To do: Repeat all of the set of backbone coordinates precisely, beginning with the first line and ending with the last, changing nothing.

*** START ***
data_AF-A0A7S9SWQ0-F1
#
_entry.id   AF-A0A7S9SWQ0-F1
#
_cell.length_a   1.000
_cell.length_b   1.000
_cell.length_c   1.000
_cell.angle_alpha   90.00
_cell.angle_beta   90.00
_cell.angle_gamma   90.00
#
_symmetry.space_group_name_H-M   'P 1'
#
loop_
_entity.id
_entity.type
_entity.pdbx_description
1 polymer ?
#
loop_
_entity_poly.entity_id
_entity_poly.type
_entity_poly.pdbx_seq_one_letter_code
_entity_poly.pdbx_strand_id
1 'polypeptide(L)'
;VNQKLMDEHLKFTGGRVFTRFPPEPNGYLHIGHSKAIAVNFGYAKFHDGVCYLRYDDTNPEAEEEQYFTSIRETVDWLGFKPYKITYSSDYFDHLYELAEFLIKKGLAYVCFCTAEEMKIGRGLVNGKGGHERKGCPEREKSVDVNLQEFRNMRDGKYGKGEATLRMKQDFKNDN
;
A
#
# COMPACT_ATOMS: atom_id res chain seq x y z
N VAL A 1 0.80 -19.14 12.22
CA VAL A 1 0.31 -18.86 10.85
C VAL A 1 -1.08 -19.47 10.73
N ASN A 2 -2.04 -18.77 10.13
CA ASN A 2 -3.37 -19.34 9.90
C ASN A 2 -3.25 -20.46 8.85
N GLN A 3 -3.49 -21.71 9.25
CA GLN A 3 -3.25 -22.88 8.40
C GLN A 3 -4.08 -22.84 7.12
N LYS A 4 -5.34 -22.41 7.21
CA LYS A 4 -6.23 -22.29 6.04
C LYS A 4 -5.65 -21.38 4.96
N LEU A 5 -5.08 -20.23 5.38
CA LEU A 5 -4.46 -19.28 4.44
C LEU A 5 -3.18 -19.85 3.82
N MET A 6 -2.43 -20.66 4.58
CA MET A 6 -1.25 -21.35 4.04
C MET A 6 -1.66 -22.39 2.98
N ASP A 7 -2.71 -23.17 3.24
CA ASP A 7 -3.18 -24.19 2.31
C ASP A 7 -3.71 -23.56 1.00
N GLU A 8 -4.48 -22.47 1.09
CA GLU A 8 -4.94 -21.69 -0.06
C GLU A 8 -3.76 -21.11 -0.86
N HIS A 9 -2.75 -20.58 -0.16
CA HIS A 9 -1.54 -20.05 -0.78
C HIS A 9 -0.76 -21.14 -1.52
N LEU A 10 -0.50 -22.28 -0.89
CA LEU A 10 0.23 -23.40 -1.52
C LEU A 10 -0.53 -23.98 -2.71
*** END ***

data_AF-A0A7S9SWQ0-F1
#
_entry.id   AF-A0A7S9SWQ0-F1
#
_cell.length_a   1.000
_cell.length_b   1.000
_cell.length_c   1.000
_cell.angle_alpha   90.00
_cell.angle_beta   90.00
_cell.angle_gamma   90.00
#
_symmetry.space_group_name_H-M   'P 1'
#
loop_
_entity.id
_entity.type
_entity.pdbx_description
1 polymer ?
#
loop_
_entity_poly.entity_id
_entity_poly.type
_entity_poly.pdbx_seq_one_letter_code
_entity_poly.pdbx_strand_id
1 'polypeptide(L)'
;VNQKLMDEHLKFTGGRVFTRFPPEPNGYLHIGHSKAIAVNFGYAKFHDGVCYLRYDDTNPEAEEEQYFTSIRETVDWLGFKPYKITYSSDYFDHLYELAEFLIKKGLAYVCFCTAEEMKIGRGLVNGKGGHERKGCPEREKSVDVNLQEFRNMRDGKYGKGEATLRMKQDFKNDN
;
A
#
# COMPACT_ATOMS: atom_id res chain seq x y z
N VAL A 1 0.80 -19.14 12.22
CA VAL A 1 0.31 -18.86 10.85
C VAL A 1 -1.08 -19.47 10.73
N ASN A 2 -2.04 -18.77 10.13
CA ASN A 2 -3.37 -19.34 9.90
C ASN A 2 -3.25 -20.46 8.85
N GLN A 3 -3.49 -21.71 9.25
CA GLN A 3 -3.25 -22.88 8.40
C GLN A 3 -4.08 -22.84 7.12
N LYS A 4 -5.34 -22.41 7.21
CA LYS A 4 -6.23 -22.29 6.04
C LYS A 4 -5.65 -21.38 4.96
N LEU A 5 -5.08 -20.23 5.38
CA LEU A 5 -4.46 -19.28 4.44
C LEU A 5 -3.18 -19.85 3.82
N MET A 6 -2.43 -20.66 4.58
CA MET A 6 -1.25 -21.35 4.04
C MET A 6 -1.66 -22.39 2.98
N ASP A 7 -2.71 -23.17 3.24
CA ASP A 7 -3.18 -24.19 2.31
C ASP A 7 -3.71 -23.56 1.00
N GLU A 8 -4.48 -22.47 1.09
CA GLU A 8 -4.94 -21.69 -0.06
C GLU A 8 -3.76 -21.11 -0.86
N HIS A 9 -2.75 -20.58 -0.16
CA HIS A 9 -1.54 -20.05 -0.78
C HIS A 9 -0.76 -21.14 -1.52
N LEU A 10 -0.50 -22.28 -0.89
CA LEU A 10 0.23 -23.40 -1.52
C LEU A 10 -0.53 -23.98 -2.71